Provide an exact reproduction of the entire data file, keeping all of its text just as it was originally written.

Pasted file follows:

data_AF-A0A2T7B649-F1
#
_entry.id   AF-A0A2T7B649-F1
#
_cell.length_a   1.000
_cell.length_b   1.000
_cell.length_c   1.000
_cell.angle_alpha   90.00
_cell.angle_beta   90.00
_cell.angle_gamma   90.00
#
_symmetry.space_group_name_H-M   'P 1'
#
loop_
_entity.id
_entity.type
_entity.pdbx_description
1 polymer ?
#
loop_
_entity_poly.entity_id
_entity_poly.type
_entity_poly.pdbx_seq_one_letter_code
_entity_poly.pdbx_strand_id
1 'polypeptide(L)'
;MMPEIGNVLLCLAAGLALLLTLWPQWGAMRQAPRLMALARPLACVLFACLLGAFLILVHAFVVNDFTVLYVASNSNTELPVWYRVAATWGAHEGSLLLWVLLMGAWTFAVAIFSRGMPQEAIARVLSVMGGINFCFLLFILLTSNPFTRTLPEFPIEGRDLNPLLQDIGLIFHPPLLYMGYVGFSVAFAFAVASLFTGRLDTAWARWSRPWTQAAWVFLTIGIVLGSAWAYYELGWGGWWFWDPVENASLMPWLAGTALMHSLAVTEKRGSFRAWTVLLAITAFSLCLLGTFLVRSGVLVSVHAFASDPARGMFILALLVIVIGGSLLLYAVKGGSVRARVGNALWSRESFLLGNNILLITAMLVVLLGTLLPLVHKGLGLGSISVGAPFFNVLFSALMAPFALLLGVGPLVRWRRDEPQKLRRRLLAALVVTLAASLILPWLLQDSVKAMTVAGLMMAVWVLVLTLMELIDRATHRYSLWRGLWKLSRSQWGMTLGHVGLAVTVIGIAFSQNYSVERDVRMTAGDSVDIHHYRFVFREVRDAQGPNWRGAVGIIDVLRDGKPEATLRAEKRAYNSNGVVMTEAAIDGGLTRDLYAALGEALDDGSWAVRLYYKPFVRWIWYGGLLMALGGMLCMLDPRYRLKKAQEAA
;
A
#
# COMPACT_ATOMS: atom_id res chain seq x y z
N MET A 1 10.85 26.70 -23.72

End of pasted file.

data_AF-A0A2T7B649-F1
#
_entry.id   AF-A0A2T7B649-F1
#
_cell.length_a   1.000
_cell.length_b   1.000
_cell.length_c   1.000
_cell.angle_alpha   90.00
_cell.angle_beta   90.00
_cell.angle_gamma   90.00
#
_symmetry.space_group_name_H-M   'P 1'
#
loop_
_entity.id
_entity.type
_entity.pdbx_description
1 polymer ?
#
loop_
_entity_poly.entity_id
_entity_poly.type
_entity_poly.pdbx_seq_one_letter_code
_entity_poly.pdbx_strand_id
1 'polypeptide(L)'
;MMPEIGNVLLCLAAGLALLLTLWPQWGAMRQAPRLMALARPLACVLFACLLGAFLILVHAFVVNDFTVLYVASNSNTELPVWYRVAATWGAHEGSLLLWVLLMGAWTFAVAIFSRGMPQEAIARVLSVMGGINFCFLLFILLTSNPFTRTLPEFPIEGRDLNPLLQDIGLIFHPPLLYMGYVGFSVAFAFAVASLFTGRLDTAWARWSRPWTQAAWVFLTIGIVLGSAWAYYELGWGGWWFWDPVENASLMPWLAGTALMHSLAVTEKRGSFRAWTVLLAITAFSLCLLGTFLVRSGVLVSVHAFASDPARGMFILALLVIVIGGSLLLYAVKGGSVRARVGNALWSRESFLLGNNILLITAMLVVLLGTLLPLVHKGLGLGSISVGAPFFNVLFSALMAPFALLLGVGPLVRWRRDEPQKLRRRLLAALVVTLAASLILPWLLQDSVKAMTVAGLMMAVWVLVLTLMELIDRATHRYSLWRGLWKLSRSQWGMTLGHVGLAVTVIGIAFSQNYSVERDVRMTAGDSVDIHHYRFVFREVRDAQGPNWRGAVGIIDVLRDGKPEATLRAEKRAYNSNGVVMTEAAIDGGLTRDLYAALGEALDDGSWAVRLYYKPFVRWIWYGGLLMALGGMLCMLDPRYRLKKAQEAA
;
A
#
# COMPACT_ATOMS: atom_id res chain seq x y z
N MET A 1 10.85 26.70 -23.72